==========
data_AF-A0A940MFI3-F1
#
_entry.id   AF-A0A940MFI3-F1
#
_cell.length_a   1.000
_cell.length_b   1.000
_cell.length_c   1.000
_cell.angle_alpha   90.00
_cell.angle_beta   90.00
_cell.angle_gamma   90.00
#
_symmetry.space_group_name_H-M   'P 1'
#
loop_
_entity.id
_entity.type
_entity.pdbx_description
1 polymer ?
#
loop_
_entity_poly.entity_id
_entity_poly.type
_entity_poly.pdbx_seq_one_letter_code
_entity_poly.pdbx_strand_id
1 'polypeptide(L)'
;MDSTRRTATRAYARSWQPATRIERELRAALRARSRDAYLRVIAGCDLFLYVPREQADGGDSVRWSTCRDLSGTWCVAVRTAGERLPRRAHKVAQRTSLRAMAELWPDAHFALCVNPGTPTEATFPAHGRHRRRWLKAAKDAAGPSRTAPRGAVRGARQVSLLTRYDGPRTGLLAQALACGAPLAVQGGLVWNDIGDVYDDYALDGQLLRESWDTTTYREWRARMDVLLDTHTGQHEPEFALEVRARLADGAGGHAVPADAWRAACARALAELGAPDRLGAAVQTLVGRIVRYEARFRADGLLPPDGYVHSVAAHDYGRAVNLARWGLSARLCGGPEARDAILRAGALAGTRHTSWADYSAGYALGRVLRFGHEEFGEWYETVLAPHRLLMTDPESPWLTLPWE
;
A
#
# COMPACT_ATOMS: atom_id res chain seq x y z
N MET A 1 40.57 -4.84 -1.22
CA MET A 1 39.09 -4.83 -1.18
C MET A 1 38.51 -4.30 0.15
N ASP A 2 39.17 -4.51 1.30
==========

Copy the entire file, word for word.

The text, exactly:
data_AF-A0A940MFI3-F1
#
_entry.id   AF-A0A940MFI3-F1
#
_cell.length_a   1.000
_cell.length_b   1.000
_cell.length_c   1.000
_cell.angle_alpha   90.00
_cell.angle_beta   90.00
_cell.angle_gamma   90.00
#
_symmetry.space_group_name_H-M   'P 1'
#
loop_
_entity.id
_entity.type
_entity.pdbx_description
1 polymer ?
#
loop_
_entity_poly.entity_id
_entity_poly.type
_entity_poly.pdbx_seq_one_letter_code
_entity_poly.pdbx_strand_id
1 'polypeptide(L)'
;MDSTRRTATRAYARSWQPATRIERELRAALRARSRDAYLRVIAGCDLFLYVPREQADGGDSVRWSTCRDLSGTWCVAVRTAGERLPRRAHKVAQRTSLRAMAELWPDAHFALCVNPGTPTEATFPAHGRHRRRWLKAAKDAAGPSRTAPRGAVRGARQVSLLTRYDGPRTGLLAQALACGAPLAVQGGLVWNDIGDVYDDYALDGQLLRESWDTTTYREWRARMDVLLDTHTGQHEPEFALEVRARLADGAGGHAVPADAWRAACARALAELGAPDRLGAAVQTLVGRIVRYEARFRADGLLPPDGYVHSVAAHDYGRAVNLARWGLSARLCGGPEARDAILRAGALAGTRHTSWADYSAGYALGRVLRFGHEEFGEWYETVLAPHRLLMTDPESPWLTLPWE
;
A
#
# COMPACT_ATOMS: atom_id res chain seq x y z
N MET A 1 40.57 -4.84 -1.22
CA MET A 1 39.09 -4.83 -1.18
C MET A 1 38.51 -4.30 0.15
N ASP A 2 39.17 -4.51 1.30